I feel a little guilty, actually, like I’ve been cheating on Jeremy Brett, but over the course of three 90-minute episodes, I have fallen head over heels for another actor’s Sherlock Holmes. This latest BBC production stars Benedict Cumberbatch as the iconic consulting detective and updates his Edwardian surroundings to modern-day London. (Watson has a blog; Sherlock has a smart phone. He taunts Scotland Yard by text message with the same fervour that Holmes sent telegrams.)
With looks that are alternately angelic and alien and a voice that the Times describes as “like a jaguar hiding in a cello,” Cumberbatch settles into the role of Sherlock Holmes like he was born to it. Brilliant and petulant, dangerous when bored, Sherlock depends on the puzzling and the forensic to distract his high-performance brain from the tedium of daily life.
Fortunately, roommate John Watson is there to remind him that at the other end of his latest delightful puzzle is a terrified human being waiting for rescue. Now, I’ve always had a thing for Holmes, but this is the first time I’ve been quite so smitten with Watson, whose past portrayals have ranged from merely self-effacing to utterly incompetent. Martin Freeman’s Watson, alternately admiring and exasperated, provides exactly the counterpoint, in head shakes and eye rolls, that Sherlock deserves. It’s some kind of feat of acting that Freeman easily holds his own, with the most minute gestures and facial expressions, against Sherlock’s grandstanding dramatics.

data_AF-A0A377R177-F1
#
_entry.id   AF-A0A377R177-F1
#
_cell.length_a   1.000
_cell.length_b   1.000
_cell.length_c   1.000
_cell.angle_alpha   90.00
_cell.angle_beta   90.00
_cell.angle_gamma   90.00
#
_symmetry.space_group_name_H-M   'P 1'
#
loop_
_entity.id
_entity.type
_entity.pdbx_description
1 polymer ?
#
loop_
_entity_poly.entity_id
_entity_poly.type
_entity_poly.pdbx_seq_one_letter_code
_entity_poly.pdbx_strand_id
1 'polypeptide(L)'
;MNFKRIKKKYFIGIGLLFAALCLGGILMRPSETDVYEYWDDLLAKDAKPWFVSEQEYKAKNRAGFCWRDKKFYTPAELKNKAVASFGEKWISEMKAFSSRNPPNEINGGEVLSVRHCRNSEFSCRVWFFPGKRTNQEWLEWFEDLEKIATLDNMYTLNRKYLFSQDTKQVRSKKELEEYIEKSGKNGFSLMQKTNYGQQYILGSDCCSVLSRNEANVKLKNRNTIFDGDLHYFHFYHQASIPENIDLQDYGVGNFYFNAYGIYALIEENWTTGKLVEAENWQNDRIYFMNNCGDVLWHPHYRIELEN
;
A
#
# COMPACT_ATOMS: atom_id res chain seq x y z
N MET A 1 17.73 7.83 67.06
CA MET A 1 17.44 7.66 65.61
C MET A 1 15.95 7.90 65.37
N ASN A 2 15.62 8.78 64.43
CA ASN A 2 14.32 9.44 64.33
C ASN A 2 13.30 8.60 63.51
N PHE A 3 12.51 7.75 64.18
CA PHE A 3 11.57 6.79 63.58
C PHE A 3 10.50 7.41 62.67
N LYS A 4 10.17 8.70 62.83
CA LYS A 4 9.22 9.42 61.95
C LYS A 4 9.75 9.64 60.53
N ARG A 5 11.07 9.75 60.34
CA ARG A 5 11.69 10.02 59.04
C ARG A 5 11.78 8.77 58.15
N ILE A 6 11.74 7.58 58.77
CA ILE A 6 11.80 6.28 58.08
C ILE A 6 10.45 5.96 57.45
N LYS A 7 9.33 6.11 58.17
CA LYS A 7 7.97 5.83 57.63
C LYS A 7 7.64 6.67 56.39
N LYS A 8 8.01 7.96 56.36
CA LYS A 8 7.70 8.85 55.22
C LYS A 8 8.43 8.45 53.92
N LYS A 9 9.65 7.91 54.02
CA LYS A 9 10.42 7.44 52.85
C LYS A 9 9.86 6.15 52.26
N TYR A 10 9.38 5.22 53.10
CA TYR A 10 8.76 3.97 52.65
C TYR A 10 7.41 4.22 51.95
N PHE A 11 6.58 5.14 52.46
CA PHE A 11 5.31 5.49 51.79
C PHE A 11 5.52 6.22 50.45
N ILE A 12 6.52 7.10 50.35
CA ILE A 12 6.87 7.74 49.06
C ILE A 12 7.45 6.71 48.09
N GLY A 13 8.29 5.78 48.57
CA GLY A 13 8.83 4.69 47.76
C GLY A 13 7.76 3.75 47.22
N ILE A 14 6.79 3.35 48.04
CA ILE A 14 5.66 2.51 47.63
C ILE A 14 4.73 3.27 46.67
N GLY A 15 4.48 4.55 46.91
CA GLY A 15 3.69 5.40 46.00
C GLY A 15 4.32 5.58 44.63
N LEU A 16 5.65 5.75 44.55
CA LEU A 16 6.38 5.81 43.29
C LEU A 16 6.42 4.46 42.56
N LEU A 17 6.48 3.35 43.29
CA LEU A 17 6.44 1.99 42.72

Elements of “A Study in Scarlet” and “The Bruce Partington Plans” are just the jumping-off point for these new mysteries, which fly by just slightly faster than the speed of logic. For those who know their Conan Doyle, there are plenty of in-jokes and nifty twists (the identity of Sherlock’s archnemesis, for one). The supporting cast includes Rupert Graves as longsuffering DI Lestrade and Sherlock’s exceedingly swirly, dramatic coat, which all but earns its own line in the credits.
Sherlock was concocted by Doctor Who writers Stephen Moffat and Mark Gatiss, and if you’ve watched any New Who, the rapid-fire dialogue and the chemistry between a brilliant eccentric and his loyal companion will seem quite familiar. I wouldn’t have been particularly surprised to see Sherlock pull out a sonic screwdriver along with his magnifying glass, or to find that there were Daleks lurking behind Reichenbach Falls all along.
Check the WRL catalog for Sherlock.